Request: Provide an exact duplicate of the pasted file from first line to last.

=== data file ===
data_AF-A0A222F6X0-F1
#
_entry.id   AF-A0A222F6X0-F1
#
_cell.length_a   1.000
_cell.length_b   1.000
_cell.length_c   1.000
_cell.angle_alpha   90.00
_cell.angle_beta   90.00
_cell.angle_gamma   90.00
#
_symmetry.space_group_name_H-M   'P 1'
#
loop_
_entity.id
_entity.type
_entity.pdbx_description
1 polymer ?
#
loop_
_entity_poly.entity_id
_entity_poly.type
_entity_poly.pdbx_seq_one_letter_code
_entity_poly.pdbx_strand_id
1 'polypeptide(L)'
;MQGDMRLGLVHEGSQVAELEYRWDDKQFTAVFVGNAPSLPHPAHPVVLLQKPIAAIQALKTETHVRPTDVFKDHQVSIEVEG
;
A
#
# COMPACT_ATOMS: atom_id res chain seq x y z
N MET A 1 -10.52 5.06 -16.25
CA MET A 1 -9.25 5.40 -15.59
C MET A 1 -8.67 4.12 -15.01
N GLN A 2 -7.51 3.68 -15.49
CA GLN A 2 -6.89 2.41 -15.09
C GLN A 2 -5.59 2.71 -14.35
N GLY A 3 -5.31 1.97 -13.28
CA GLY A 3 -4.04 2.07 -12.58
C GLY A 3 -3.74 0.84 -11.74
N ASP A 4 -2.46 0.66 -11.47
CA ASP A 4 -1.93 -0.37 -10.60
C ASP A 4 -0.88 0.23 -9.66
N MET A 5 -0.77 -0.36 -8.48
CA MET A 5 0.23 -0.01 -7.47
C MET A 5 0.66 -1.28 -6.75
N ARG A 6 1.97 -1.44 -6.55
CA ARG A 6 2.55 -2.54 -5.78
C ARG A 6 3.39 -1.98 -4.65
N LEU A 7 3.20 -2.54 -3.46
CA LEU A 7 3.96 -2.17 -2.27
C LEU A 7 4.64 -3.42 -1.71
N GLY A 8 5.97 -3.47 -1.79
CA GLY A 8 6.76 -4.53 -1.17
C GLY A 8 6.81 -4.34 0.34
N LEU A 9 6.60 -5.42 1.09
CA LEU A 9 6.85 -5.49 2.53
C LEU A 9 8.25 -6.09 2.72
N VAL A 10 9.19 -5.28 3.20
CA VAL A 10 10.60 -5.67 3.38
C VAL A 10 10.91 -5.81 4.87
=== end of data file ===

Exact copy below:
data_AF-A0A222F6X0-F1
#
_entry.id   AF-A0A222F6X0-F1
#
_cell.length_a   1.000
_cell.length_b   1.000
_cell.length_c   1.000
_cell.angle_alpha   90.00
_cell.angle_beta   90.00
_cell.angle_gamma   90.00
#
_symmetry.space_group_name_H-M   'P 1'
#
loop_
_entity.id
_entity.type
_entity.pdbx_description
1 polymer ?
#
loop_
_entity_poly.entity_id
_entity_poly.type
_entity_poly.pdbx_seq_one_letter_code
_entity_poly.pdbx_strand_id
1 'polypeptide(L)'
;MQGDMRLGLVHEGSQVAELEYRWDDKQFTAVFVGNAPSLPHPAHPVVLLQKPIAAIQALKTETHVRPTDVFKDHQVSIEVEG
;
A
#
# COMPACT_ATOMS: atom_id res chain seq x y z
N MET A 1 -10.52 5.06 -16.25
CA MET A 1 -9.25 5.40 -15.59
C MET A 1 -8.67 4.12 -15.01
N GLN A 2 -7.51 3.68 -15.49
CA GLN A 2 -6.89 2.41 -15.09
C GLN A 2 -5.59 2.71 -14.35
N GLY A 3 -5.31 1.97 -13.28
CA GLY A 3 -4.04 2.07 -12.58
C GLY A 3 -3.74 0.84 -11.74
N ASP A 4 -2.46 0.66 -11.47
CA ASP A 4 -1.93 -0.37 -10.60
C ASP A 4 -0.88 0.23 -9.66
N MET A 5 -0.77 -0.36 -8.48
CA MET A 5 0.23 -0.01 -7.47
C MET A 5 0.66 -1.28 -6.75
N ARG A 6 1.97 -1.44 -6.55
CA ARG A 6 2.55 -2.54 -5.78
C ARG A 6 3.39 -1.98 -4.65
N LEU A 7 3.20 -2.54 -3.46
CA LEU A 7 3.96 -2.17 -2.27
C LEU A 7 4.64 -3.42 -1.71
N GLY A 8 5.97 -3.47 -1.79
CA GLY A 8 6.76 -4.53 -1.17
C GLY A 8 6.81 -4.34 0.34
N LEU A 9 6.60 -5.42 1.09
CA LEU A 9 6.85 -5.49 2.53
C LEU A 9 8.25 -6.09 2.72
N VAL A 10 9.19 -5.28 3.20
CA VAL A 10 10.60 -5.67 3.38
C VAL A 10 10.91 -5.81 4.87